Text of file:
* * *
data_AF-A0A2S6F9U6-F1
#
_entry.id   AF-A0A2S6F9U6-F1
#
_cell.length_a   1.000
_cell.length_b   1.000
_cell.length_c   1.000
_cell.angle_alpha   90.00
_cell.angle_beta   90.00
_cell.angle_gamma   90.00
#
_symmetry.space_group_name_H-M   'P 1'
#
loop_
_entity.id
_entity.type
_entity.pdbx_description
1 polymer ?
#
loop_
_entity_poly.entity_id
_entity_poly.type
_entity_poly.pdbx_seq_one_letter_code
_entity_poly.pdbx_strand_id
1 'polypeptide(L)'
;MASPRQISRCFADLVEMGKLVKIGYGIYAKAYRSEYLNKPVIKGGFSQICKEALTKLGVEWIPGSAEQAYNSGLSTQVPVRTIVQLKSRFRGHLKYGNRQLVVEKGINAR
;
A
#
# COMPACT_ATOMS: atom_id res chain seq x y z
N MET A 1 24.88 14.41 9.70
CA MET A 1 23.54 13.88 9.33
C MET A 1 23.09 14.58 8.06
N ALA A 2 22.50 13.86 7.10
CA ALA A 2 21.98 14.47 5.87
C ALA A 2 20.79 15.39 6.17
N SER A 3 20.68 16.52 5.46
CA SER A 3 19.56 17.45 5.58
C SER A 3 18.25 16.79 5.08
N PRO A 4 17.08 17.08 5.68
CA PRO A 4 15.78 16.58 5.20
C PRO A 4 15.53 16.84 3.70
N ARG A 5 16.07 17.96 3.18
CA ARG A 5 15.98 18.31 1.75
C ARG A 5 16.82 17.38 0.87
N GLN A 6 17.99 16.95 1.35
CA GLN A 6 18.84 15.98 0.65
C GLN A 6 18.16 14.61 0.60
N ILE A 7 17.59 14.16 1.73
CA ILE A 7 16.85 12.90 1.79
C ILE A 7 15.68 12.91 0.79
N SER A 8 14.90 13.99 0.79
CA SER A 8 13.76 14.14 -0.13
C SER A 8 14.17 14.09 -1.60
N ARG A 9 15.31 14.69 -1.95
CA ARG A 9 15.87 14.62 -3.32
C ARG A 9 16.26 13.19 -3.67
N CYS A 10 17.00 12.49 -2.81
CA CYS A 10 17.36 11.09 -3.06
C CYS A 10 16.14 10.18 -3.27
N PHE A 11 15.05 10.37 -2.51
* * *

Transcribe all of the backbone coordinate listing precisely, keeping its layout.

data_AF-A0A2S6F9U6-F1
#
_entry.id   AF-A0A2S6F9U6-F1
#
_cell.length_a   1.000
_cell.length_b   1.000
_cell.length_c   1.000
_cell.angle_alpha   90.00
_cell.angle_beta   90.00
_cell.angle_gamma   90.00
#
_symmetry.space_group_name_H-M   'P 1'
#
loop_
_entity.id
_entity.type
_entity.pdbx_description
1 polymer ?
#
loop_
_entity_poly.entity_id
_entity_poly.type
_entity_poly.pdbx_seq_one_letter_code
_entity_poly.pdbx_strand_id
1 'polypeptide(L)'
;MASPRQISRCFADLVEMGKLVKIGYGIYAKAYRSEYLNKPVIKGGFSQICKEALTKLGVEWIPGSAEQAYNSGLSTQVPVRTIVQLKSRFRGHLKYGNRQLVVEKGINAR
;
A
#
# COMPACT_ATOMS: atom_id res chain seq x y z
N MET A 1 24.88 14.41 9.70
CA MET A 1 23.54 13.88 9.33
C MET A 1 23.09 14.58 8.06
N ALA A 2 22.50 13.86 7.10
CA ALA A 2 21.98 14.47 5.87
C ALA A 2 20.79 15.39 6.17
N SER A 3 20.68 16.52 5.46
CA SER A 3 19.56 17.45 5.58
C SER A 3 18.25 16.79 5.08
N PRO A 4 17.08 17.08 5.68
CA PRO A 4 15.78 16.58 5.20
C PRO A 4 15.53 16.84 3.70
N ARG A 5 16.07 17.96 3.18
CA ARG A 5 15.98 18.31 1.75
C ARG A 5 16.82 17.38 0.87
N GLN A 6 17.99 16.95 1.35
CA GLN A 6 18.84 15.98 0.65
C GLN A 6 18.16 14.61 0.60
N ILE A 7 17.59 14.16 1.73
CA ILE A 7 16.85 12.90 1.79
C ILE A 7 15.68 12.91 0.79
N SER A 8 14.90 13.99 0.79
CA SER A 8 13.76 14.14 -0.13
C SER A 8 14.17 14.09 -1.60
N ARG A 9 15.31 14.69 -1.95
CA ARG A 9 15.87 14.62 -3.32
C ARG A 9 16.26 13.19 -3.67
N CYS A 10 17.00 12.49 -2.81
CA CYS A 10 17.36 11.09 -3.06
C CYS A 10 16.14 10.18 -3.27
N PHE A 11 15.05 10.37 -2.51